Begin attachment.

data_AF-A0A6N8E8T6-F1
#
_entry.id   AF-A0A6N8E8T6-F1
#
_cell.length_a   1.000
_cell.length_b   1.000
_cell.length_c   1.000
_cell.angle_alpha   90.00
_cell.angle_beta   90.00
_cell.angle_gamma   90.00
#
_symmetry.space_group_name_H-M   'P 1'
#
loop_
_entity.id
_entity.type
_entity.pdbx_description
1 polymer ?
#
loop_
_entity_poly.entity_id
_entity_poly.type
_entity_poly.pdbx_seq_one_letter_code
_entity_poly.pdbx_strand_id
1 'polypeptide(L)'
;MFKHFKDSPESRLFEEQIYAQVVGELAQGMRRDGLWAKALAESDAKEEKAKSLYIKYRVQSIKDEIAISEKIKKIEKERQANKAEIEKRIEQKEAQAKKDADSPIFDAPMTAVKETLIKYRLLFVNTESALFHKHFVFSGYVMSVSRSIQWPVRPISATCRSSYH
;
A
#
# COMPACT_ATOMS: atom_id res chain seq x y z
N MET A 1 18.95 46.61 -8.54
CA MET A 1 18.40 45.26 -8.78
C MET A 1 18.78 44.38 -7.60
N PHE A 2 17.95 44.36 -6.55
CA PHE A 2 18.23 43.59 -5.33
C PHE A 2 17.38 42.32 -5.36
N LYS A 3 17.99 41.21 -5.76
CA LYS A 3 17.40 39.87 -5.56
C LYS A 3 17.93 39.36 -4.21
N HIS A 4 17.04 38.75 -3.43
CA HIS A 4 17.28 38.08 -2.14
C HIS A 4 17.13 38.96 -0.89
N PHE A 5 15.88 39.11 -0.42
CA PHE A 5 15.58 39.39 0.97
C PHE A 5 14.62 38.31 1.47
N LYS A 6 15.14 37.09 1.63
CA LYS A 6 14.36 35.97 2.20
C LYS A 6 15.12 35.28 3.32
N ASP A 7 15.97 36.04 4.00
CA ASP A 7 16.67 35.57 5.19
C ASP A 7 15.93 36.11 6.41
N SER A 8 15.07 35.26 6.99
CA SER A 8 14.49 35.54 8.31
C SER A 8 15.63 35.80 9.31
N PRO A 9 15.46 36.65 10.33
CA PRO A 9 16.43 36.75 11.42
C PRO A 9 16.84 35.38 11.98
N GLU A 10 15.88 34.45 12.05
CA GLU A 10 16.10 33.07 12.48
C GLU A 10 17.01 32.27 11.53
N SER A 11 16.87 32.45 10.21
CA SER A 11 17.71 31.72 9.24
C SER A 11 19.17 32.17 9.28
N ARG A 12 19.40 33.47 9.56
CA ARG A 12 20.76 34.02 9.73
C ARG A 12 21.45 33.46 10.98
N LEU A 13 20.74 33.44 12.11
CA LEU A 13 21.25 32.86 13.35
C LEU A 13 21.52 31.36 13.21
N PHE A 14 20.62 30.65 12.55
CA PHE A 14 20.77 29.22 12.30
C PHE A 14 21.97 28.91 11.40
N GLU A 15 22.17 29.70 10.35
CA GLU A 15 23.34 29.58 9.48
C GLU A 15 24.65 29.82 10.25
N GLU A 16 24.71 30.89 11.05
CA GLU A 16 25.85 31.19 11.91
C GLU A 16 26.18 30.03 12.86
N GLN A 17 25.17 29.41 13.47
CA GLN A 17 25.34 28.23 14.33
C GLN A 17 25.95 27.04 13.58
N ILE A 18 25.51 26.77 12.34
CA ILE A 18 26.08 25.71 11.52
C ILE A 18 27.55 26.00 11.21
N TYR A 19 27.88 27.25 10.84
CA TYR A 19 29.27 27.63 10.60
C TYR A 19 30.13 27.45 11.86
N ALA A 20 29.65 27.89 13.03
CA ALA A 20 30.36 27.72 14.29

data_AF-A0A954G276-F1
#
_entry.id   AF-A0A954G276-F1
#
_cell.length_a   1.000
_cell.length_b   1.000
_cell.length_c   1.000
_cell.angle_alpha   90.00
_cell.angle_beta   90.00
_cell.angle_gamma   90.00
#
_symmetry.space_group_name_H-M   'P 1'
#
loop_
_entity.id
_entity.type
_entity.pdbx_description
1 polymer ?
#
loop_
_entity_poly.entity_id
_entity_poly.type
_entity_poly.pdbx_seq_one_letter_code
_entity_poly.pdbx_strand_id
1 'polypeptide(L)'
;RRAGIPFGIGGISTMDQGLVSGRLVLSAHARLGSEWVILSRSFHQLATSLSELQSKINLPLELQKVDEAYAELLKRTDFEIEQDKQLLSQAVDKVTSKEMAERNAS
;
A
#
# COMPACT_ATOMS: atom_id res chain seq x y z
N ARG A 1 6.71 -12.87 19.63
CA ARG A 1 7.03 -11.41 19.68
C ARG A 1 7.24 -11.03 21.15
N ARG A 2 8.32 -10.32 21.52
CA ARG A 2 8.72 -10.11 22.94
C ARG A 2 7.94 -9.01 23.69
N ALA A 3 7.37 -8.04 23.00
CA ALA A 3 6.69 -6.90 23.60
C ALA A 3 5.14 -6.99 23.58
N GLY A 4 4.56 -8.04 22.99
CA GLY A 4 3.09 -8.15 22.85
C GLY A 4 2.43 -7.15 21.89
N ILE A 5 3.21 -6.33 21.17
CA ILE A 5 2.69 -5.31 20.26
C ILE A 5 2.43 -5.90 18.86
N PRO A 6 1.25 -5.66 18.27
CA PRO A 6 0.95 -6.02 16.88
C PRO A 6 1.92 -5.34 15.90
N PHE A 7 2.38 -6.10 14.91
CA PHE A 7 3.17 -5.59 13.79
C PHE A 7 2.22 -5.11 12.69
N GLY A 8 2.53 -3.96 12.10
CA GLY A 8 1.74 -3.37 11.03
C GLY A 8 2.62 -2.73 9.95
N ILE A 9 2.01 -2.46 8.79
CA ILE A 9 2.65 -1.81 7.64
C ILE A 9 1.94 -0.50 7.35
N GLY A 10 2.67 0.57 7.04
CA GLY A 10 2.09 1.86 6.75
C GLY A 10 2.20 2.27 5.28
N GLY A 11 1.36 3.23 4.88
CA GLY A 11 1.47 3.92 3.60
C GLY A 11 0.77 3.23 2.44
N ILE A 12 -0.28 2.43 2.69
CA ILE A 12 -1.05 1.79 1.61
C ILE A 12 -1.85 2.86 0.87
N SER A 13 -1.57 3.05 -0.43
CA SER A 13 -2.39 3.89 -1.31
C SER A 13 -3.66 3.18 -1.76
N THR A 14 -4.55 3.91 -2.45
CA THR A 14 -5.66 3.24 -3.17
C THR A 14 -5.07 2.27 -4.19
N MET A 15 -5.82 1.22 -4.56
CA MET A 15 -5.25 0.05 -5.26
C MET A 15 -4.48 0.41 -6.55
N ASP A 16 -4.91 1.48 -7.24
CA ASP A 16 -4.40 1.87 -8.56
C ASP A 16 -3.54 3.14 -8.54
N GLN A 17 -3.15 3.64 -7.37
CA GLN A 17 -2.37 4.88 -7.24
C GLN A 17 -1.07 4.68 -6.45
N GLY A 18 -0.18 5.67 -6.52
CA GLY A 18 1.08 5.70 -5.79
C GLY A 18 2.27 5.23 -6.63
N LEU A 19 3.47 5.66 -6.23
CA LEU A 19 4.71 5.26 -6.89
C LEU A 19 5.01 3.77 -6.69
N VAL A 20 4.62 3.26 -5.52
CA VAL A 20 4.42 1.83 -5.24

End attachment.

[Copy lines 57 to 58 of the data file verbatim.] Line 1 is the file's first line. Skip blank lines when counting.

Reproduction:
C PRO A 9 16.84 35.38 11.98
N GLU A 10 15.88 34.45 12.05